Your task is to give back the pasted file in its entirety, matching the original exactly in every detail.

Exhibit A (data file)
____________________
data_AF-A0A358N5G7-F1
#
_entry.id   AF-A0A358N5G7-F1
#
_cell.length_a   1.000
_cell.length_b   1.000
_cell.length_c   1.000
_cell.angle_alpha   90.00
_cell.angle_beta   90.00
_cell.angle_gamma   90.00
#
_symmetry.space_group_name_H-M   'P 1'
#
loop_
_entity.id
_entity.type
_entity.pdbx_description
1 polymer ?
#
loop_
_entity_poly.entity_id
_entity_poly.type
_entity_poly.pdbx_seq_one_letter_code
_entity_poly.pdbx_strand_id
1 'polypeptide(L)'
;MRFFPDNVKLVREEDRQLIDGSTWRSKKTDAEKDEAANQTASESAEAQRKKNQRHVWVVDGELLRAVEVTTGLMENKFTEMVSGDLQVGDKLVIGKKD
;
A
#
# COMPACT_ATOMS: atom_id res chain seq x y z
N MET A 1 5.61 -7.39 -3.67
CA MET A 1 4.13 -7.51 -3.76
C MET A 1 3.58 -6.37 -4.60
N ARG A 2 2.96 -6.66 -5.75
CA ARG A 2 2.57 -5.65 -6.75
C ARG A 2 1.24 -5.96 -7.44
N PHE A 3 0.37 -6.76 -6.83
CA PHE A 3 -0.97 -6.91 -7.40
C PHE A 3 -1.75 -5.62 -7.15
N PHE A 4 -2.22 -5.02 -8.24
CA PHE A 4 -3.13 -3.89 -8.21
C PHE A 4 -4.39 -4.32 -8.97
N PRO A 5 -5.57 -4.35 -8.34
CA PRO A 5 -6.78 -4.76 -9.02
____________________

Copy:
data_AF-A0A358N5G7-F1
#
_entry.id   AF-A0A358N5G7-F1
#
_cell.length_a   1.000
_cell.length_b   1.000
_cell.length_c   1.000
_cell.angle_alpha   90.00
_cell.angle_beta   90.00
_cell.angle_gamma   90.00
#
_symmetry.space_group_name_H-M   'P 1'
#
loop_
_entity.id
_entity.type
_entity.pdbx_description
1 polymer ?
#
loop_
_entity_poly.entity_id
_entity_poly.type
_entity_poly.pdbx_seq_one_letter_code
_entity_poly.pdbx_strand_id
1 'polypeptide(L)'
;MRFFPDNVKLVREEDRQLIDGSTWRSKKTDAEKDEAANQTASESAEAQRKKNQRHVWVVDGELLRAVEVTTGLMENKFTEMVSGDLQVGDKLVIGKKD
;
A
#
# COMPACT_ATOMS: atom_id res chain seq x y z
N MET A 1 5.61 -7.39 -3.67
CA MET A 1 4.13 -7.51 -3.76
C MET A 1 3.58 -6.37 -4.60
N ARG A 2 2.96 -6.66 -5.75
CA ARG A 2 2.57 -5.65 -6.75
C ARG A 2 1.24 -5.96 -7.44
N PHE A 3 0.37 -6.76 -6.83
CA PHE A 3 -0.97 -6.91 -7.40
C PHE A 3 -1.75 -5.62 -7.15
N PHE A 4 -2.22 -5.02 -8.24
CA PHE A 4 -3.13 -3.89 -8.21
C PHE A 4 -4.39 -4.32 -8.97
N PRO A 5 -5.57 -4.35 -8.34
CA PRO A 5 -6.78 -4.76 -9.02